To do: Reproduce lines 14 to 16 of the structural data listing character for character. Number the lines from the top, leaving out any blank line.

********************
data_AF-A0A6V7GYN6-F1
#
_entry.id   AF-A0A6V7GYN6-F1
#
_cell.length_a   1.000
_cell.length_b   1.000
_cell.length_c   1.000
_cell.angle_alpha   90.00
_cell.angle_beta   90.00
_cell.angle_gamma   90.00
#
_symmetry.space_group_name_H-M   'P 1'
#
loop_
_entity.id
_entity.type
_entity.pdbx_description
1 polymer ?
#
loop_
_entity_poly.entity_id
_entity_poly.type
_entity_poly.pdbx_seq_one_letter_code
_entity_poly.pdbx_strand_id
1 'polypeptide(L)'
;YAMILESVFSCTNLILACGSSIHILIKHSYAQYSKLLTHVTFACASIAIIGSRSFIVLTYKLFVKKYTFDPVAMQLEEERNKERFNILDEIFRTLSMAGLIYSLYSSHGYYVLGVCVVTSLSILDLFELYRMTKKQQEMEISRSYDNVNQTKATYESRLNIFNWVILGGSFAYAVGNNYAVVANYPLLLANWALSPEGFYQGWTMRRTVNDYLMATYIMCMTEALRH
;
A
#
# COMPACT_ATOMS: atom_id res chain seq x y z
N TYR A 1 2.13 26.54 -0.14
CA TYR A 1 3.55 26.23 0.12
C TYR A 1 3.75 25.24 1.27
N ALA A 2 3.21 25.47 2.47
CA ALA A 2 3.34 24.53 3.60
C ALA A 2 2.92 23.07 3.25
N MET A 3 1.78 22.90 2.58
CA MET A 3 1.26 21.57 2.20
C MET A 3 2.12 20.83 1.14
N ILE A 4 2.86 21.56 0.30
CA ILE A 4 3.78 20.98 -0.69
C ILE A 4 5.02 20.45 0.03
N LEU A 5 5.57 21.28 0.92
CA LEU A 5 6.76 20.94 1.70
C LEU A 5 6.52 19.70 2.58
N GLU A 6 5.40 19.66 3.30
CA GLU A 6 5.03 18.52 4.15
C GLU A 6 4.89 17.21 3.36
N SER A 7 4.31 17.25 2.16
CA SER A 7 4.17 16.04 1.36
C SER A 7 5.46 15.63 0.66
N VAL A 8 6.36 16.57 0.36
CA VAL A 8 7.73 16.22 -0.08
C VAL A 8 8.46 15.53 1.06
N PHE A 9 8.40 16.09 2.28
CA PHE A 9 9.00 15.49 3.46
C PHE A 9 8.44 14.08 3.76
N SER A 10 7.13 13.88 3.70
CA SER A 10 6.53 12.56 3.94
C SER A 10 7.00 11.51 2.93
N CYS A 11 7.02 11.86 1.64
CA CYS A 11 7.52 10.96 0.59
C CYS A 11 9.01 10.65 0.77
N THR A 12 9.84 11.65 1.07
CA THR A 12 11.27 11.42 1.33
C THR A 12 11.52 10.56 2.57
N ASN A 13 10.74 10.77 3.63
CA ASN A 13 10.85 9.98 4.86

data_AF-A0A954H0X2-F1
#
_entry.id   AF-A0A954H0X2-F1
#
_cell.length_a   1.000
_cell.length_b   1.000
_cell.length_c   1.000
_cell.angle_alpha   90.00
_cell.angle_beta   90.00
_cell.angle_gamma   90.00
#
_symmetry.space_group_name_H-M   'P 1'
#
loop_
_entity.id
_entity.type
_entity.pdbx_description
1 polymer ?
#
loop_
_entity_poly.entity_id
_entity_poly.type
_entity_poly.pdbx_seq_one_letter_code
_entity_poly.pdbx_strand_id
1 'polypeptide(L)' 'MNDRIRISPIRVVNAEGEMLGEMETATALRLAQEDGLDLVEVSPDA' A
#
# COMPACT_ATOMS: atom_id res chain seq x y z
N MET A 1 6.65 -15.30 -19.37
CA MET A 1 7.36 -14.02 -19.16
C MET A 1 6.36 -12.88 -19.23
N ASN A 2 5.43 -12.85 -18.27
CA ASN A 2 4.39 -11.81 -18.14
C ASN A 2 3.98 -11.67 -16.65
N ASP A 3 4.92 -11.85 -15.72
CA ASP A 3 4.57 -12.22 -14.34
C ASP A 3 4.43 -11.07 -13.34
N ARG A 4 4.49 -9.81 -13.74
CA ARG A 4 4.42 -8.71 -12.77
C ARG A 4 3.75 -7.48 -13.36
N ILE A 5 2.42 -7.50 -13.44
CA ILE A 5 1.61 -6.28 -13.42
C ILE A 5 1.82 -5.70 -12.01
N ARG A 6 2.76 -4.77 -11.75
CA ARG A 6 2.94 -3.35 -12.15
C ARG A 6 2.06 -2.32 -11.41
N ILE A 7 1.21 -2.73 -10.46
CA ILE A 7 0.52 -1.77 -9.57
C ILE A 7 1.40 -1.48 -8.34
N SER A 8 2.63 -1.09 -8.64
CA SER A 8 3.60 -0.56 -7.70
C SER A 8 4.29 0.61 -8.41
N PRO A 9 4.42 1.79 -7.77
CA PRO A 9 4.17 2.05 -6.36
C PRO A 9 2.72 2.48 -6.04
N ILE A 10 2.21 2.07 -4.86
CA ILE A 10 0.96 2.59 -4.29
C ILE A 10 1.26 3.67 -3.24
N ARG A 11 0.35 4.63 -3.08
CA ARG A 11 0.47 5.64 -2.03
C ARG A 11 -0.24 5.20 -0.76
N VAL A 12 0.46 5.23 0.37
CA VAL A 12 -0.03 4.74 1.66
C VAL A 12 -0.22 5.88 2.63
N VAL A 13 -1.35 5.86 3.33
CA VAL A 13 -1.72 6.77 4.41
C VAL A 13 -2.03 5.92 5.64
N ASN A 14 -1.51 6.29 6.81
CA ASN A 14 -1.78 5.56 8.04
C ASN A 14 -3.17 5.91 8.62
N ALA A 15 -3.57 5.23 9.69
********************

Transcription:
loop_
_entity.id
_entity.type